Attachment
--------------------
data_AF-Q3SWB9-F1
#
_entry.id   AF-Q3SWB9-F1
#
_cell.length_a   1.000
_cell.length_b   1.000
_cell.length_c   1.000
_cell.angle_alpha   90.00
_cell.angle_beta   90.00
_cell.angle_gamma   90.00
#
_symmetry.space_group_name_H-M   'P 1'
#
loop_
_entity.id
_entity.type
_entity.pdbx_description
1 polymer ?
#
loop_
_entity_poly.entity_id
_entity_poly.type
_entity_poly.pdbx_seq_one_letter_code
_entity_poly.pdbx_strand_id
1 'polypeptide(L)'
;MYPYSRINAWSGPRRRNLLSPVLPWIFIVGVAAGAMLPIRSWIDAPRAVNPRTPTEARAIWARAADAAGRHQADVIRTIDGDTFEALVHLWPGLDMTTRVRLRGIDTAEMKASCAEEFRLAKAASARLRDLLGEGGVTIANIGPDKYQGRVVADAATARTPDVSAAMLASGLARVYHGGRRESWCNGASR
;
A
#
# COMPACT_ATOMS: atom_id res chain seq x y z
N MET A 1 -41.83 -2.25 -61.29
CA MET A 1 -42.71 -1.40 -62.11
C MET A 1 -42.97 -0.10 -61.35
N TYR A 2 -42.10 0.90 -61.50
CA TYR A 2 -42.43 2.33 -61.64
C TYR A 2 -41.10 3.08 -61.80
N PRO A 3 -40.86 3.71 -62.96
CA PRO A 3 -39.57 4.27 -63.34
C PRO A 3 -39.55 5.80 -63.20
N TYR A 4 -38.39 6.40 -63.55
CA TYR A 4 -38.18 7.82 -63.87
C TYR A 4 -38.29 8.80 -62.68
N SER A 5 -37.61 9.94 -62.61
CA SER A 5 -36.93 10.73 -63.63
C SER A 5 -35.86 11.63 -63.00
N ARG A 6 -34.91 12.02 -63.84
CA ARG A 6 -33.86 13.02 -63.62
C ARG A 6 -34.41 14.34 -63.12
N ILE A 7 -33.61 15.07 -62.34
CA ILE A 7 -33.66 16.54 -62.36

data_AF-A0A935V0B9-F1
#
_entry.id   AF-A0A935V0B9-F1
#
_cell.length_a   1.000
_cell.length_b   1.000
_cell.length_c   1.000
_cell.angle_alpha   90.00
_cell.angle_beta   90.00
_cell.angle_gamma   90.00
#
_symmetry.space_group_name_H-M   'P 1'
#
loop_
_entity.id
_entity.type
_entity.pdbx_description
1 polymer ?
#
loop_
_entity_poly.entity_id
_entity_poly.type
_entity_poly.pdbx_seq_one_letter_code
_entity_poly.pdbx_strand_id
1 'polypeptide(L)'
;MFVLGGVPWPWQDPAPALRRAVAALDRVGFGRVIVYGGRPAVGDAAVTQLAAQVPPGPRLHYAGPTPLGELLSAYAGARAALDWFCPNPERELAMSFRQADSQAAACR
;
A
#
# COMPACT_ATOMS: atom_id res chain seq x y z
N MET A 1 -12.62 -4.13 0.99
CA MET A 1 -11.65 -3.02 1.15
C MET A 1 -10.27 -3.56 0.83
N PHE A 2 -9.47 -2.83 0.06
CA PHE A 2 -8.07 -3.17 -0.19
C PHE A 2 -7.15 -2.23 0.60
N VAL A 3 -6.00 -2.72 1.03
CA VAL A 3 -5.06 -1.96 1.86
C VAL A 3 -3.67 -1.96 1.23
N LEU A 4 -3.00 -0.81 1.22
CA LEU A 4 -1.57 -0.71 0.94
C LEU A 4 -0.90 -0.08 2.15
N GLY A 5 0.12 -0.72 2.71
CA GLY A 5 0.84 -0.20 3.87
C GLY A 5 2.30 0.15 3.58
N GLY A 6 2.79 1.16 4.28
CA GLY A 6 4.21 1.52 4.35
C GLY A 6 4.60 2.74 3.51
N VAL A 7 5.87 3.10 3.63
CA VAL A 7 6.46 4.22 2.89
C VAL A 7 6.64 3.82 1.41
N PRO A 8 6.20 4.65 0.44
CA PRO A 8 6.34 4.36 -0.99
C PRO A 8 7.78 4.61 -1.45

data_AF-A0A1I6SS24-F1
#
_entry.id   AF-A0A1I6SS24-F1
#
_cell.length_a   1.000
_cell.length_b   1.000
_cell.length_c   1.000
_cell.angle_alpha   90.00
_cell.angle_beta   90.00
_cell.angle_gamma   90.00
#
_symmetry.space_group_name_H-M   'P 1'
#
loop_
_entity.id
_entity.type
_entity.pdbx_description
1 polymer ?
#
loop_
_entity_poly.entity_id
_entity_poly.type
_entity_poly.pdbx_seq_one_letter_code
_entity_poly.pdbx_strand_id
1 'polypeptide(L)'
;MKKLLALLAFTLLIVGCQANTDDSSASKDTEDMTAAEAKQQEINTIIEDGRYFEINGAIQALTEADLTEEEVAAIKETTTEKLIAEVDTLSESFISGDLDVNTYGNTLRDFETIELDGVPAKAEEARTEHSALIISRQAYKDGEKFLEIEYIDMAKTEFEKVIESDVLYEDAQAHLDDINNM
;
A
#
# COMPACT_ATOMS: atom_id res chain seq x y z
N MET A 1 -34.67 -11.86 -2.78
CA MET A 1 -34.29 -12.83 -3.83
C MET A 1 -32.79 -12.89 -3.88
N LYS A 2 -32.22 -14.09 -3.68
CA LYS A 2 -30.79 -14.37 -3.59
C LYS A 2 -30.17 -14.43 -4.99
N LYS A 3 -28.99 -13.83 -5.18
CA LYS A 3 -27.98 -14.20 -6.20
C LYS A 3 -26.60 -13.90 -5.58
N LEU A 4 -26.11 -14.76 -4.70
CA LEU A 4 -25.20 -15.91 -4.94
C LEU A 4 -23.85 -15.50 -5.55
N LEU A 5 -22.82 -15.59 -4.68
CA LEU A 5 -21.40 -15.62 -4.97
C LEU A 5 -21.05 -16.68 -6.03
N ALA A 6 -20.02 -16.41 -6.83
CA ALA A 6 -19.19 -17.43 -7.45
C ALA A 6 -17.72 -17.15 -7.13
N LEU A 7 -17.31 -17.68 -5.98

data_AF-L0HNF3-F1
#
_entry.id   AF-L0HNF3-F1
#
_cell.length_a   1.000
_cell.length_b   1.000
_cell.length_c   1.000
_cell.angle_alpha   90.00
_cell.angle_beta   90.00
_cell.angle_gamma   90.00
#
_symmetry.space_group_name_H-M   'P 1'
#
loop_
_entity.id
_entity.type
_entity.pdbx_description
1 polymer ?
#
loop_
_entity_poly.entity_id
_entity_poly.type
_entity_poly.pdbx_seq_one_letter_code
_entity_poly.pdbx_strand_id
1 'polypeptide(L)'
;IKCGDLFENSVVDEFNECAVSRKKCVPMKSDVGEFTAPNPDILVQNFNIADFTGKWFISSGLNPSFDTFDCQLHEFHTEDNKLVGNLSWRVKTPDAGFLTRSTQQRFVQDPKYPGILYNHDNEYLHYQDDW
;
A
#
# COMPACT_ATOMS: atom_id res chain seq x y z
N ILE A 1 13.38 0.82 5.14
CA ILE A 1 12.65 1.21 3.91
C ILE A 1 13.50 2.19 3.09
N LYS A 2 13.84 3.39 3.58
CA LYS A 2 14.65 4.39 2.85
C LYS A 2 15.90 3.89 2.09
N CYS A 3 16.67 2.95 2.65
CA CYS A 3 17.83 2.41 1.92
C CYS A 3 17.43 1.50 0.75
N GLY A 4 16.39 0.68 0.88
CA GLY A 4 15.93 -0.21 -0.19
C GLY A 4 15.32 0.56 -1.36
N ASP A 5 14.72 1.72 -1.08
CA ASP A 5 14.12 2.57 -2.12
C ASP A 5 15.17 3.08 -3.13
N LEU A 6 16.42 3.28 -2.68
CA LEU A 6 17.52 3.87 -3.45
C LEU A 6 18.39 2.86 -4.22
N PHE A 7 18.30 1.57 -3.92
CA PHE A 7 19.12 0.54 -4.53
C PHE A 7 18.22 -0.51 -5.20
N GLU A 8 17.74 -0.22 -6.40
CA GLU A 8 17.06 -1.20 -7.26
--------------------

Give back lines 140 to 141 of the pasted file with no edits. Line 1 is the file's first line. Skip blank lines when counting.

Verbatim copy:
C LYS A 2 -30.17 -14.43 -4.99
N LYS A 3 -28.99 -13.83 -5.18